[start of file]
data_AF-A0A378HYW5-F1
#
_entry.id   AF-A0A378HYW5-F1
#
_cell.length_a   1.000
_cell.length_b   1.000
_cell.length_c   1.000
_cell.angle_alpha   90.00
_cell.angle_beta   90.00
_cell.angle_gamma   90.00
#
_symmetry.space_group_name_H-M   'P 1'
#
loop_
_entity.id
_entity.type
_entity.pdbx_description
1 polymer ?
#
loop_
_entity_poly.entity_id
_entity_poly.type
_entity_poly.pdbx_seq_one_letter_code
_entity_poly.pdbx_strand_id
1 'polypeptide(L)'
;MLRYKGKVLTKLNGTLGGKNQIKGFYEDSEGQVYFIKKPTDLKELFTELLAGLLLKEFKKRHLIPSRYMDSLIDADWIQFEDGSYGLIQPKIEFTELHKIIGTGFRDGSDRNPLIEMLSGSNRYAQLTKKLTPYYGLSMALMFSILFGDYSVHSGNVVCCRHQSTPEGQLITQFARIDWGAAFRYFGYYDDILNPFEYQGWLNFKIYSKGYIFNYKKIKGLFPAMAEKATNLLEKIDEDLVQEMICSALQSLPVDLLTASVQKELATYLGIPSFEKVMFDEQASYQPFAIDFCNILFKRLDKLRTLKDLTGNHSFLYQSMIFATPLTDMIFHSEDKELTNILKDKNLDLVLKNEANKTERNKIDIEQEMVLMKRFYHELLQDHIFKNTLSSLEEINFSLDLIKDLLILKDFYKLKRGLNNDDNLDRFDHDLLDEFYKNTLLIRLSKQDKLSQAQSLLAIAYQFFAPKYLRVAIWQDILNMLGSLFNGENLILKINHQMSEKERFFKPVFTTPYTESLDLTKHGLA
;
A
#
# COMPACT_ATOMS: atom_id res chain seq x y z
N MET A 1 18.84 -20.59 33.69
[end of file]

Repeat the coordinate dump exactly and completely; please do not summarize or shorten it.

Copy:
data_AF-A0A378HYW5-F1
#
_entry.id   AF-A0A378HYW5-F1
#
_cell.length_a   1.000
_cell.length_b   1.000
_cell.length_c   1.000
_cell.angle_alpha   90.00
_cell.angle_beta   90.00
_cell.angle_gamma   90.00
#
_symmetry.space_group_name_H-M   'P 1'
#
loop_
_entity.id
_entity.type
_entity.pdbx_description
1 polymer ?
#
loop_
_entity_poly.entity_id
_entity_poly.type
_entity_poly.pdbx_seq_one_letter_code
_entity_poly.pdbx_strand_id
1 'polypeptide(L)'
;MLRYKGKVLTKLNGTLGGKNQIKGFYEDSEGQVYFIKKPTDLKELFTELLAGLLLKEFKKRHLIPSRYMDSLIDADWIQFEDGSYGLIQPKIEFTELHKIIGTGFRDGSDRNPLIEMLSGSNRYAQLTKKLTPYYGLSMALMFSILFGDYSVHSGNVVCCRHQSTPEGQLITQFARIDWGAAFRYFGYYDDILNPFEYQGWLNFKIYSKGYIFNYKKIKGLFPAMAEKATNLLEKIDEDLVQEMICSALQSLPVDLLTASVQKELATYLGIPSFEKVMFDEQASYQPFAIDFCNILFKRLDKLRTLKDLTGNHSFLYQSMIFATPLTDMIFHSEDKELTNILKDKNLDLVLKNEANKTERNKIDIEQEMVLMKRFYHELLQDHIFKNTLSSLEEINFSLDLIKDLLILKDFYKLKRGLNNDDNLDRFDHDLLDEFYKNTLLIRLSKQDKLSQAQSLLAIAYQFFAPKYLRVAIWQDILNMLGSLFNGENLILKINHQMSEKERFFKPVFTTPYTESLDLTKHGLA
;
A
#
# COMPACT_ATOMS: atom_id res chain seq x y z
N MET A 1 18.84 -20.59 33.69